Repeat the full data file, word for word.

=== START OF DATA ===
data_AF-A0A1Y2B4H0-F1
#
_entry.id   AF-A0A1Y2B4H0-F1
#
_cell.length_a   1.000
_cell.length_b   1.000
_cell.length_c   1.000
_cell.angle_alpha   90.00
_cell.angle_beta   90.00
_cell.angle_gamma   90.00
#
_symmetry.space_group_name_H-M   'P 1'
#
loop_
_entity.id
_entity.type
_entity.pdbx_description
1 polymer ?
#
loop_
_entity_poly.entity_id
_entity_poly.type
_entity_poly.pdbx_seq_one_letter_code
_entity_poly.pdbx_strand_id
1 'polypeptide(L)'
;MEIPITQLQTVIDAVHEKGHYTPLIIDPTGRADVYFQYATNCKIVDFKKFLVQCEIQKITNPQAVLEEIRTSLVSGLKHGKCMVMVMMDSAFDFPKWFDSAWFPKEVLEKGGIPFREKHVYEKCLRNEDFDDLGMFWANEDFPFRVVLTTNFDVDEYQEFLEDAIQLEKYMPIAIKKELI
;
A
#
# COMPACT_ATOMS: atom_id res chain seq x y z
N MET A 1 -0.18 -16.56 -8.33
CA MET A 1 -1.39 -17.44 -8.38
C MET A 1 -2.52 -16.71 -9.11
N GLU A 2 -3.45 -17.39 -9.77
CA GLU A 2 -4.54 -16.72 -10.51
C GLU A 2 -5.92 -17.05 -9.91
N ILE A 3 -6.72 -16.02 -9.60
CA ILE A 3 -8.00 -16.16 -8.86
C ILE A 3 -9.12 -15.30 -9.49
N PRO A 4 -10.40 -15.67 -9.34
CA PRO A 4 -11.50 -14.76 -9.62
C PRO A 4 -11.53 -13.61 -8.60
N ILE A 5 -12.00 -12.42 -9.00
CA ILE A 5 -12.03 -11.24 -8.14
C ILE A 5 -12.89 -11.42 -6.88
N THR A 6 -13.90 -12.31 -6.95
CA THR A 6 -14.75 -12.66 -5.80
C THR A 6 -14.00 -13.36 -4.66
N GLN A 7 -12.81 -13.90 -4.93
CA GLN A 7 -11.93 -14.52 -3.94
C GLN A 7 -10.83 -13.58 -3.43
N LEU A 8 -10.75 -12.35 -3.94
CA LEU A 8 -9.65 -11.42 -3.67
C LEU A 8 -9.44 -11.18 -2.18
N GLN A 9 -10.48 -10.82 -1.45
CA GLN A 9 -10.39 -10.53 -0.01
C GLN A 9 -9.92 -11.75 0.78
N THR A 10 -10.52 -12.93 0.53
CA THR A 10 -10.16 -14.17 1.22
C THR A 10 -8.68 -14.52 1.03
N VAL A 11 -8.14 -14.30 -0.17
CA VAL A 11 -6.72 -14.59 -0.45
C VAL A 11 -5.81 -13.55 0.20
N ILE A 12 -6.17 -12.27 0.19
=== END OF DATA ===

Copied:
data_AF-A0A1Y2B4H0-F1
#
_entry.id   AF-A0A1Y2B4H0-F1
#
_cell.length_a   1.000
_cell.length_b   1.000
_cell.length_c   1.000
_cell.angle_alpha   90.00
_cell.angle_beta   90.00
_cell.angle_gamma   90.00
#
_symmetry.space_group_name_H-M   'P 1'
#
loop_
_entity.id
_entity.type
_entity.pdbx_description
1 polymer ?
#
loop_
_entity_poly.entity_id
_entity_poly.type
_entity_poly.pdbx_seq_one_letter_code
_entity_poly.pdbx_strand_id
1 'polypeptide(L)'
;MEIPITQLQTVIDAVHEKGHYTPLIIDPTGRADVYFQYATNCKIVDFKKFLVQCEIQKITNPQAVLEEIRTSLVSGLKHGKCMVMVMMDSAFDFPKWFDSAWFPKEVLEKGGIPFREKHVYEKCLRNEDFDDLGMFWANEDFPFRVVLTTNFDVDEYQEFLEDAIQLEKYMPIAIKKELI
;
A
#
# COMPACT_ATOMS: atom_id res chain seq x y z
N MET A 1 -0.18 -16.56 -8.33
CA MET A 1 -1.39 -17.44 -8.38
C MET A 1 -2.52 -16.71 -9.11
N GLU A 2 -3.45 -17.39 -9.77
CA GLU A 2 -4.54 -16.72 -10.51
C GLU A 2 -5.92 -17.05 -9.91
N ILE A 3 -6.72 -16.02 -9.60
CA ILE A 3 -8.00 -16.16 -8.86
C ILE A 3 -9.12 -15.30 -9.49
N PRO A 4 -10.40 -15.67 -9.34
CA PRO A 4 -11.50 -14.76 -9.62
C PRO A 4 -11.53 -13.61 -8.60
N ILE A 5 -12.00 -12.42 -9.00
CA ILE A 5 -12.03 -11.24 -8.14
C ILE A 5 -12.89 -11.42 -6.88
N THR A 6 -13.90 -12.31 -6.95
CA THR A 6 -14.75 -12.66 -5.80
C THR A 6 -14.00 -13.36 -4.66
N GLN A 7 -12.81 -13.90 -4.93
CA GLN A 7 -11.93 -14.52 -3.94
C GLN A 7 -10.83 -13.58 -3.43
N LEU A 8 -10.75 -12.35 -3.94
CA LEU A 8 -9.65 -11.42 -3.67
C LEU A 8 -9.44 -11.18 -2.18
N GLN A 9 -10.48 -10.82 -1.45
CA GLN A 9 -10.39 -10.53 -0.01
C GLN A 9 -9.92 -11.75 0.78
N THR A 10 -10.52 -12.93 0.53
CA THR A 10 -10.16 -14.17 1.22
C THR A 10 -8.68 -14.52 1.03
N VAL A 11 -8.14 -14.30 -0.17
CA VAL A 11 -6.72 -14.59 -0.45
C VAL A 11 -5.81 -13.55 0.20
N ILE A 12 -6.17 -12.27 0.19